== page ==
Origin of Jewish Names
Until the turn of 18th century Jews
who lived in Poland did not have surnames at all (similar to Polish
peasants). They were described by given names combined with a nickname
or a function they had, like Jankiel Karczmarz (Jankiel the
Innkeeper), Rudy Moszek (Moszek the Redhead), Justyna Izraelitka
(Justyna the Jew) etc. With the big wave of immigration to Poland at
the begin of 19th century new names appeared: Hebrew, German, Spanish.
Very popular were also copies of Polish surnames created of the
father’s name like Aronowicz or Herszlikowski. Besides those
patrimonies there were also surnames made of the city’s or
profession’s name, like Warszawski, Belchatowski or Zlotnik
(goldsmith). Read more8
Grajewo Now and Then
Situated at an intersection of two important roads, from Warsaw to
Vilnius (route No 61) and from Elk (in former Prussia) to Bialystok,
Grajewo managed to become a vivid center of trade and communication.
The central place was a square market with a dominating neo-gothic
church, surrounded by solid two-storey buildings, where all wealthy
families lived (among them many Jewish). Read more8
Searching Through Polish Archives
The essential help for making a family tree are vital records (birth, marriage
and death records). They are stored in a Civil Record Office
(Urzad Stanu Cywilnego) of the town where the person was registered
or, in case of records older than 100 years, in a branch of
a State Archive. The surest and fastest way to obtain them is a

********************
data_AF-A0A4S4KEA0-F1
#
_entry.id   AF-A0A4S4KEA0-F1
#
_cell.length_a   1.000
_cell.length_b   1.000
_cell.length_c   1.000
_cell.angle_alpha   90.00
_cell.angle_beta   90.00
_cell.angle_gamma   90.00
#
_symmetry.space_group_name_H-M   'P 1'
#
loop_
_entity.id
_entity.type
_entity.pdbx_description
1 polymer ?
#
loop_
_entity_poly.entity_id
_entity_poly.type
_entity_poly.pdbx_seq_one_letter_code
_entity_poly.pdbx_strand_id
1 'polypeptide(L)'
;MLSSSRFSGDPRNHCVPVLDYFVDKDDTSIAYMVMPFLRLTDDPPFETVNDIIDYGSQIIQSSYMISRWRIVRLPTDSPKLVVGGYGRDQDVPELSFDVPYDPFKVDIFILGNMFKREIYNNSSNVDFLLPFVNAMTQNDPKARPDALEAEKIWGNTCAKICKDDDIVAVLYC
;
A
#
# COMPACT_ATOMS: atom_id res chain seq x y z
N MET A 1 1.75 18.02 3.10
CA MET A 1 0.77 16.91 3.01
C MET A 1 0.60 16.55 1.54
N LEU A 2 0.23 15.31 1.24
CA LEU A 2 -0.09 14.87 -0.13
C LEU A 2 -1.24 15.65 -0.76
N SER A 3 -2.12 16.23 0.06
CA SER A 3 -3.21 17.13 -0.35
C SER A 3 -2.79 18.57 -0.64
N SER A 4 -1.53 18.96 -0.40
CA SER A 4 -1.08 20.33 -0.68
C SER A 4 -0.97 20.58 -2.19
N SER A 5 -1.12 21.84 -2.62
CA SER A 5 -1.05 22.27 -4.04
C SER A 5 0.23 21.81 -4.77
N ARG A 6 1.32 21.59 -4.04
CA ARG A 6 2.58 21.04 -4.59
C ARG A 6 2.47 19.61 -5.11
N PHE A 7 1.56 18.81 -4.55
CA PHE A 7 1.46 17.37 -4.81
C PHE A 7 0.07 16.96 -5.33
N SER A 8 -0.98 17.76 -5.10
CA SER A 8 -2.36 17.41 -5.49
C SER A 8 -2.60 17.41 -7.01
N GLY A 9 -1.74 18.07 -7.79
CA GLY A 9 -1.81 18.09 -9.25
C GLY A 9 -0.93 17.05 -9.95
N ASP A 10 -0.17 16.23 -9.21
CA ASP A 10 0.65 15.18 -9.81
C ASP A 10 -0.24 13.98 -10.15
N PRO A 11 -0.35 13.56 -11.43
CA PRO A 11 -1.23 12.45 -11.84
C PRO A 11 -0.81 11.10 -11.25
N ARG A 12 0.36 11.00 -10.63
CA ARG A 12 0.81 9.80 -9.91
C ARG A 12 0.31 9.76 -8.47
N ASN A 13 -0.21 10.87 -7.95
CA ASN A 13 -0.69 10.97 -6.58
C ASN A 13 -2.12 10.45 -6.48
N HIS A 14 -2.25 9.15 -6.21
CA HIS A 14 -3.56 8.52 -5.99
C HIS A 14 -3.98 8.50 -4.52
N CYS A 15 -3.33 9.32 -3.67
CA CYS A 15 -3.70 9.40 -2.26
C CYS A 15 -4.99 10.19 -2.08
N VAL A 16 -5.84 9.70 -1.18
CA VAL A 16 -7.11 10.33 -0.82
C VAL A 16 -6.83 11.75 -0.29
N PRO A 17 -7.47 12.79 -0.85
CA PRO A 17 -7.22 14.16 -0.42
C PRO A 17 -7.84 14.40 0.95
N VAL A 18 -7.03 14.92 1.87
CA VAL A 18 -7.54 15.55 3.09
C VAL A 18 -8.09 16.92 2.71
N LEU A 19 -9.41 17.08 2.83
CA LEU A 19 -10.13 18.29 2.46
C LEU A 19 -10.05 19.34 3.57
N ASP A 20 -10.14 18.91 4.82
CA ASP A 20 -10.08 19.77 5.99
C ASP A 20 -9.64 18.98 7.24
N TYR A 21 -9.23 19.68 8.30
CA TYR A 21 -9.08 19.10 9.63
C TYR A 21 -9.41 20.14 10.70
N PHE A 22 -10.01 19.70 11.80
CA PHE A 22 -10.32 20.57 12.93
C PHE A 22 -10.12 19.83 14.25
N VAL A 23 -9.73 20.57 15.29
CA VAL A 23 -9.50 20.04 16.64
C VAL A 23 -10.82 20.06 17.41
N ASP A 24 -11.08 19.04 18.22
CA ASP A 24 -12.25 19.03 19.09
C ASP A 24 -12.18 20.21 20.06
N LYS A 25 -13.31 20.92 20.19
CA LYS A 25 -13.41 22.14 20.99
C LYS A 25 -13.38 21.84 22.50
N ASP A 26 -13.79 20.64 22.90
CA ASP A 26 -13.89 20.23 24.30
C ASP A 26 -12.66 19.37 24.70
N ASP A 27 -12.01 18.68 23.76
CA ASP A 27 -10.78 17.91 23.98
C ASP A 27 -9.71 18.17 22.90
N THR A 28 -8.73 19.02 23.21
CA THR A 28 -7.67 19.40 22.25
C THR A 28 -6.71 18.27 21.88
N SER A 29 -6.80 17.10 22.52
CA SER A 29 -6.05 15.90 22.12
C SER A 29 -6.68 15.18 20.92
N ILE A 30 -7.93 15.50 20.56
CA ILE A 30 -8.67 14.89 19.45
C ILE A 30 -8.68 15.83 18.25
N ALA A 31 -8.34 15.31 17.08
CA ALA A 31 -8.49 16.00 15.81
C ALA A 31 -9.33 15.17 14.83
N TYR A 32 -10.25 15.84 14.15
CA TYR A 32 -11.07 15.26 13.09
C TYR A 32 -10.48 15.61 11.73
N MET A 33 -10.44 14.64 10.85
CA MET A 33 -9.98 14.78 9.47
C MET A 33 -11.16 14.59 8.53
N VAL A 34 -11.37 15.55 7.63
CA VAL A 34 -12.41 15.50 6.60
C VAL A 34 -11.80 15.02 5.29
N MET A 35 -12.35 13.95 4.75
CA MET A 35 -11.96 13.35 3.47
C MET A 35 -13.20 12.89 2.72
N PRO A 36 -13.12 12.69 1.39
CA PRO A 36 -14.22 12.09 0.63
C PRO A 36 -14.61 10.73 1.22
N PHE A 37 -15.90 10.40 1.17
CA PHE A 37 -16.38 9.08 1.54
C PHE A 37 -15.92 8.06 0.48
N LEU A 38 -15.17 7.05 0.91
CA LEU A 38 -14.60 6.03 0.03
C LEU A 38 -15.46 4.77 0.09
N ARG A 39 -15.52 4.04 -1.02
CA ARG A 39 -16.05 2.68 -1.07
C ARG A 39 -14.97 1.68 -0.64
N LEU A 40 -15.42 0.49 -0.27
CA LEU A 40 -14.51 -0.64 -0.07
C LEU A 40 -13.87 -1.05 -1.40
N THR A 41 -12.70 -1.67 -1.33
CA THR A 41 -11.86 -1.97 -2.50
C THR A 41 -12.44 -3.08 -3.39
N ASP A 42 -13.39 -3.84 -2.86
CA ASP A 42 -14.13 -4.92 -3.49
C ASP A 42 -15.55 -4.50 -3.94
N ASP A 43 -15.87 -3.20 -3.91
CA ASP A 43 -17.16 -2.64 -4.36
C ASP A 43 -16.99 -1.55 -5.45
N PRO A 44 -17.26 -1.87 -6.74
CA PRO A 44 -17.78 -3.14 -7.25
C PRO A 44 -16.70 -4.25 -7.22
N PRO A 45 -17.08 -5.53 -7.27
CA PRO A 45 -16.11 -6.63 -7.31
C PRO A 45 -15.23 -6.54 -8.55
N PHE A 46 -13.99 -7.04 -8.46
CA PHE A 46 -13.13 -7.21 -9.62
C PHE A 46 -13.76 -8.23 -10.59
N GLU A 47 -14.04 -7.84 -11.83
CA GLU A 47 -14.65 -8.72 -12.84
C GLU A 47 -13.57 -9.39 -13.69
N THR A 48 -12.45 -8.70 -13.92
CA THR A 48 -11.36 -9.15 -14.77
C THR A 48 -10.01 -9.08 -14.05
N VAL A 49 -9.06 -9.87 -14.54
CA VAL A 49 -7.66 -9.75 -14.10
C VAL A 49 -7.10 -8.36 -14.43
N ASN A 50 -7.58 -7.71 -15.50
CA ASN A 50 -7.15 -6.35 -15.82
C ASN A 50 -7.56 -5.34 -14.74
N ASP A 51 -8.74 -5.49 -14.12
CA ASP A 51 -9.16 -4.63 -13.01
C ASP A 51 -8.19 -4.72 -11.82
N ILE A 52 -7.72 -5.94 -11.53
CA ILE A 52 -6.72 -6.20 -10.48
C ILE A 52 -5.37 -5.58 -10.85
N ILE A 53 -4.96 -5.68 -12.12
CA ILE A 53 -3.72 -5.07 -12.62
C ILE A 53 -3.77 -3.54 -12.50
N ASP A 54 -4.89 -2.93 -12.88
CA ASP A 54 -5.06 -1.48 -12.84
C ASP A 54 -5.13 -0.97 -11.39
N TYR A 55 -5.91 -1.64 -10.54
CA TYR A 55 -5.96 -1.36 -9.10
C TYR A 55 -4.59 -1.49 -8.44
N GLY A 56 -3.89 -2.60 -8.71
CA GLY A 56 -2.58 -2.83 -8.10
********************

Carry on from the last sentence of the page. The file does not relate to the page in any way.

visit in a respective office in Poland. Especially marriage records
could hold a lot of precious information: age of both persons (that
could indicate their birth date), names and professions of the
The beginning of the city was a settlement from the 13th century.
Its original name was Szeylow, then Zeliow. The first historical
reference is dated 1402 and can be found in a volume "Liber
Beneficiorum“ by Jan Laski. Until the 18th century Zelow was a typical
nobleman's village, located quite a distance from major roads and lost
among the woods and poor fields. The inhabitants worked in agriculture
and animal husbandry. The settlement, which at that time belonged to
Mr. Jozef Swidzinski, was bought in 1802 by Czech immigrants who went
there to escape religious persecution in their country. They founded a
textile industry which is still functioning well even today.
From the JewishGen
BELCHATÓW ShtetLinks Home Page
History of Jewish Belchatow
In 1764, only seven Jews were listed
as living in Belchatow. Jews at first did not settle there due to
its poor economy. The chronicles of a Franciscan monk around 1790
contains the first reference to a Jew of Belchatow ("the Jew Dawid").
In 1809 the registers of non-Christian citizens of Belchatow were
established. By 1820, according to some sources, Jews, attracted by
the textile industry, constituted more than 50% of the population.
Polish Jews Website
Photos of synagogues, Jewish cemeteries, Polish towns
Short Chronology of the History of Jews in Poland
The Lodz Ghetto - 60 Years Later
A tourist who walks through the district of Baluty
and sees a lot of high concrete blocks of flats among green meadows
and trees can hardly imagine that a huge ghetto once existed here
and what kind of tragedy occurred here every day.